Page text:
Mitsubishi Electric – Maintaining Quality
Stuart O’Neil, Business Development Manager Service & Maintenance looks at the importance of regular planned maintenance for your HVAC equipment
Do we ever really think about why we maintain building services equipment?
It probably sounds like an odd question, but perhaps it’s something we should consider more often.
Of course, there is legislation such as the F-Gas regulations for example, that require regular checks on equipment containing fluorinated refrigerant, and there are manufacturer recommendations to take into consideration also.
Those are sound reasons to carry out regular planned maintenance visits. If we think about the potential benefits of maintenance, then there are some clear incentives to go further than minimum requirements.
“In short it can cost more to fix an issue than it does to prevent one.”
One of the main reasons to take maintenance to the next level is that today’s HVAC equipment is more complex than it was 20 years ago.
Purchase a modern chiller or heat pump, for instance, and you’re investing in a high-performance machine that’s optimised to deliver energy efficient chilled water to IT data halls or designed to ensure occupant comfort and reliability which in turn can increase productivity.
Maintenance on this type of equipment is not as simple as checking refrigerant levels.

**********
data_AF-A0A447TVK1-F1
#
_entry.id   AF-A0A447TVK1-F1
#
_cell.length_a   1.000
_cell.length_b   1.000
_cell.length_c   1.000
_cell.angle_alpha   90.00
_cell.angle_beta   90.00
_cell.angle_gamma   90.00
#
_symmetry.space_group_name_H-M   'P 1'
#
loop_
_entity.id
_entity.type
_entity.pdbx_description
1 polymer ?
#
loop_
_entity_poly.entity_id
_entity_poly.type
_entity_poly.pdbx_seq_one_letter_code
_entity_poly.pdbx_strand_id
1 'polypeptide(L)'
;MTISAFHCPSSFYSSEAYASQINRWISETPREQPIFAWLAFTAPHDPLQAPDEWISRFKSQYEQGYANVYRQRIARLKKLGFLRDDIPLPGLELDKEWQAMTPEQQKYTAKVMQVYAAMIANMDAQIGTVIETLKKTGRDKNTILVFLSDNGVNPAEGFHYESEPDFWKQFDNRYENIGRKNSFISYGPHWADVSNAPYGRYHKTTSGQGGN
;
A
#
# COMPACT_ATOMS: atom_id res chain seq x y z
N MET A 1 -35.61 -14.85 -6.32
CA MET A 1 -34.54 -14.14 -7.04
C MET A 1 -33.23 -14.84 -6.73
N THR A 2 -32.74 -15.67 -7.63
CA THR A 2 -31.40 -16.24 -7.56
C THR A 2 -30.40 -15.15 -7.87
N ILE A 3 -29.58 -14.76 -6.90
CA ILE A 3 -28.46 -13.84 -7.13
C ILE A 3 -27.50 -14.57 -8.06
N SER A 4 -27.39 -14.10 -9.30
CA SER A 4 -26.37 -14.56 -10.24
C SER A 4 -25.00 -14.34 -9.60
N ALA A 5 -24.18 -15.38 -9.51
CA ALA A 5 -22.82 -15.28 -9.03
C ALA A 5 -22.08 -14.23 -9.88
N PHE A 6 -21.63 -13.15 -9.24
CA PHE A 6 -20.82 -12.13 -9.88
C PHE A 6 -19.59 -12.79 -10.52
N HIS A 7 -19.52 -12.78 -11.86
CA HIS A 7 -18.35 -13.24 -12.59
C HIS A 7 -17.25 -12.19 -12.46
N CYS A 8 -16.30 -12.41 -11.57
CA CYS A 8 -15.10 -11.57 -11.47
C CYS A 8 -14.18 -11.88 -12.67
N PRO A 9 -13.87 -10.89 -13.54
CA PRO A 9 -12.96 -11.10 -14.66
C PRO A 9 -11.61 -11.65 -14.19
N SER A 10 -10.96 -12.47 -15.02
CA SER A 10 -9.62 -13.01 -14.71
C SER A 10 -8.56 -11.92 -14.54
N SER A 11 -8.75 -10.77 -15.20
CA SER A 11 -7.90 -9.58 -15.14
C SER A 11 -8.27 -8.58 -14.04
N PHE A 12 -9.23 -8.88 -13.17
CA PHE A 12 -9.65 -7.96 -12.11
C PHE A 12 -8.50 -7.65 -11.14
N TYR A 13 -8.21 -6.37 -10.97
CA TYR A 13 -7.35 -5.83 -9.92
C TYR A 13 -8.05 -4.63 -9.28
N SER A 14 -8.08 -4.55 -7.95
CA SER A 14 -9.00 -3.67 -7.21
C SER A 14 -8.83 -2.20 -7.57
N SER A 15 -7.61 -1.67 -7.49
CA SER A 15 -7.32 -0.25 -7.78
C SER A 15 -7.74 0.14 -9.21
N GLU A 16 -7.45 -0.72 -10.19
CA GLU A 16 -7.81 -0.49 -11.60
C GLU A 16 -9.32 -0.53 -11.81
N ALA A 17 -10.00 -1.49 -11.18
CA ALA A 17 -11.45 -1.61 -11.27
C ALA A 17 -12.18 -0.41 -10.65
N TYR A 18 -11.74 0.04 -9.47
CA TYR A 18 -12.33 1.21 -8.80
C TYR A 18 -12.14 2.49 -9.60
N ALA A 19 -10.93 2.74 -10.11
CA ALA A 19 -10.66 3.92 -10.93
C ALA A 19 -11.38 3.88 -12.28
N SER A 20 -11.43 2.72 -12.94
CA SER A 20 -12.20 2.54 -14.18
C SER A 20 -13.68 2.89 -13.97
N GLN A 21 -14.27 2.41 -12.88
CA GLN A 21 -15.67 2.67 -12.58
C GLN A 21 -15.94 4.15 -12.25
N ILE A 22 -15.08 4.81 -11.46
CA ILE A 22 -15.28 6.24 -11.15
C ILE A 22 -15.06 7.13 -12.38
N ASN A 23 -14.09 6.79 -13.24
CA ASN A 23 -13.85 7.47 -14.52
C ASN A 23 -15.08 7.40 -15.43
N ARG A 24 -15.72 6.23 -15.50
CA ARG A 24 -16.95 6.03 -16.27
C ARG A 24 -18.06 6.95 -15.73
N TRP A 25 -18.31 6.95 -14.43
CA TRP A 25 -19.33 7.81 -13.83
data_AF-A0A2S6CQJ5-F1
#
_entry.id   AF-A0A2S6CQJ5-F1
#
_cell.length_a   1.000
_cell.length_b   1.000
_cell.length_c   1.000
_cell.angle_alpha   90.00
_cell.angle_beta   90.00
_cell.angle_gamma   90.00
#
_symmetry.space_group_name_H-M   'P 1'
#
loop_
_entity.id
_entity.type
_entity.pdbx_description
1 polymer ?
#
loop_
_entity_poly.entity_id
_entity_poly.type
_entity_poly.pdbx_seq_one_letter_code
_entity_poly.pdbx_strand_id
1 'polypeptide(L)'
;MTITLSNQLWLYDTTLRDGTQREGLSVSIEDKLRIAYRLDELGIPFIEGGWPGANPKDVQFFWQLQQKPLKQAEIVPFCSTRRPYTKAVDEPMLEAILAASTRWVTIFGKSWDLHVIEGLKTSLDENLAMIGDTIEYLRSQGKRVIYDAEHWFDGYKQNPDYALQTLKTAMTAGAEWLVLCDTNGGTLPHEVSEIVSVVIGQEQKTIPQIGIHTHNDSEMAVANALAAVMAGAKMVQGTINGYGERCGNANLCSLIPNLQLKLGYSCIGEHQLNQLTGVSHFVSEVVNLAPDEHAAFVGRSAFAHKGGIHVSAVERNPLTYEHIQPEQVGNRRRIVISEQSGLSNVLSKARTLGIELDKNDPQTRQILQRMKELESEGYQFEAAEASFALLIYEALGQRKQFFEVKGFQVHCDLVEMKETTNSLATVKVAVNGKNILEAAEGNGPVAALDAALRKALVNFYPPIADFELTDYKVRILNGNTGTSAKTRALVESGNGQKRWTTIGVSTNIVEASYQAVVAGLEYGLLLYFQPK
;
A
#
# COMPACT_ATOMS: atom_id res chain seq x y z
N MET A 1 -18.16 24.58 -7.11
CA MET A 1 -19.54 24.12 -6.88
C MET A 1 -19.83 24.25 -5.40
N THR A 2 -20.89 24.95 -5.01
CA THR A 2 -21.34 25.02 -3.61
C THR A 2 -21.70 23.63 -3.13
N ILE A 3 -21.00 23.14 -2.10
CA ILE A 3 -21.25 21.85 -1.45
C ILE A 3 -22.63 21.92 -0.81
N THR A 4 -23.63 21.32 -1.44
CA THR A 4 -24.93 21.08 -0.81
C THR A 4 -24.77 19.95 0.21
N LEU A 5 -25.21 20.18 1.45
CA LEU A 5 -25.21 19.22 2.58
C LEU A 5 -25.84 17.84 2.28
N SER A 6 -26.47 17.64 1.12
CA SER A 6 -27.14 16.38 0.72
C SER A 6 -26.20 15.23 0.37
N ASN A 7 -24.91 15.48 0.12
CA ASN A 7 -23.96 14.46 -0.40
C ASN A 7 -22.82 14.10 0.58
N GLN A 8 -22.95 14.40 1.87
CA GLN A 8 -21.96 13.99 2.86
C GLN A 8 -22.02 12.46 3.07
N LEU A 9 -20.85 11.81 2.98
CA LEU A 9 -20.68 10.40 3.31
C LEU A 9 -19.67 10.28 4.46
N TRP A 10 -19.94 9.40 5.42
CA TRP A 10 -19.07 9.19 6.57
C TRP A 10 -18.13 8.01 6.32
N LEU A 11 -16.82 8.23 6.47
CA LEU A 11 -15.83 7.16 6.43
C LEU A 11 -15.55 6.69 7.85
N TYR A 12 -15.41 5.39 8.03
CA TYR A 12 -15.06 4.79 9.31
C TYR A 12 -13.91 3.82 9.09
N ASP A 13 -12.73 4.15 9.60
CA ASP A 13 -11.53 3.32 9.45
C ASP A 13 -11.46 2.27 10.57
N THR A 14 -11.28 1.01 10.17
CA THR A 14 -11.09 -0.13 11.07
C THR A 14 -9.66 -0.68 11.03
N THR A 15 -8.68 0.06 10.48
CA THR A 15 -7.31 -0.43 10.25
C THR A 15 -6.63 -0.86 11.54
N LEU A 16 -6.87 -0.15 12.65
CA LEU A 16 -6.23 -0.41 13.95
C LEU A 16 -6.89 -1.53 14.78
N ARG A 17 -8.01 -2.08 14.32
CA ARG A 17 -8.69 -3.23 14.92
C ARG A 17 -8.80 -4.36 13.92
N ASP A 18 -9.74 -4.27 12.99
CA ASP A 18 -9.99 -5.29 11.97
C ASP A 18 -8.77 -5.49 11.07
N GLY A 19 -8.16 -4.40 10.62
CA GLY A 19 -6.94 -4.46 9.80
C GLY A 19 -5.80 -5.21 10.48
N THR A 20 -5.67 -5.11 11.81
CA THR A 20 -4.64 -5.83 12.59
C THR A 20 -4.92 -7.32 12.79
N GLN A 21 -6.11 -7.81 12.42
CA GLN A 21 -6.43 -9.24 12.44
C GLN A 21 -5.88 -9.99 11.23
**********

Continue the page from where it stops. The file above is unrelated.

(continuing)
It is essential that everything from the calibration of temperature and pressure sensors, to compressor operation and heat transfer from exchangers is regularly checked.
Operating conditions should also be logged to ensure correct optimum running efficiencies. Doing this will keep equipment operating in its target parameters for the equipment’s entire life-cycle.
Reducing your carbon footprint
Another important point to bear in mind is that building owners and occupiers are increasingly focused on energy use and corporate carbon footprints.
A growing number of large businesses are making public commitments to net-zero goals, and energy use in their buildings is a key part of hitting those targets.
Maintenance can take a lead role in ensuring that HVAC equipment does not drift away from its optimum operation, helping to avoid wasteful energy consumption.
Regular planned visits can potentially reduce a negative impact on the environment. For example, a refrigerant leak could be found early and repaired quickly, reducing the release of harmful greenhouse gasses.
Maintenance is also about prevention.
More often than not, a plant that is not maintained regularly will ultimately cost the end user more per year rather than entering into a Planned Preventative Maintenance contract.
In short it can cost more to fix an issue than it does to prevent one.
Having proper maintenance in place can reduce the risk of unplanned shut-downs and machine downtimes, preventing the possibility of uncomfortable staff or overheating computer data halls.
This isn’t to say that your HVAC equipment will fail without constant maintenance. Modern equipment is built to be robust – but it needs regular servicing and maintenance to stay that way.
Also, even if it doesn’t develop faults, the equipment will eventually degrade and struggle to operate as required by the building and its occupants.
The expected life of the equipment will be significantly reduced and a replacement would be required due to a catastrophic failure which could have been avoided.
Guest Blog by Stuart O'Neil, Business Development Manager for Service & Maintenance
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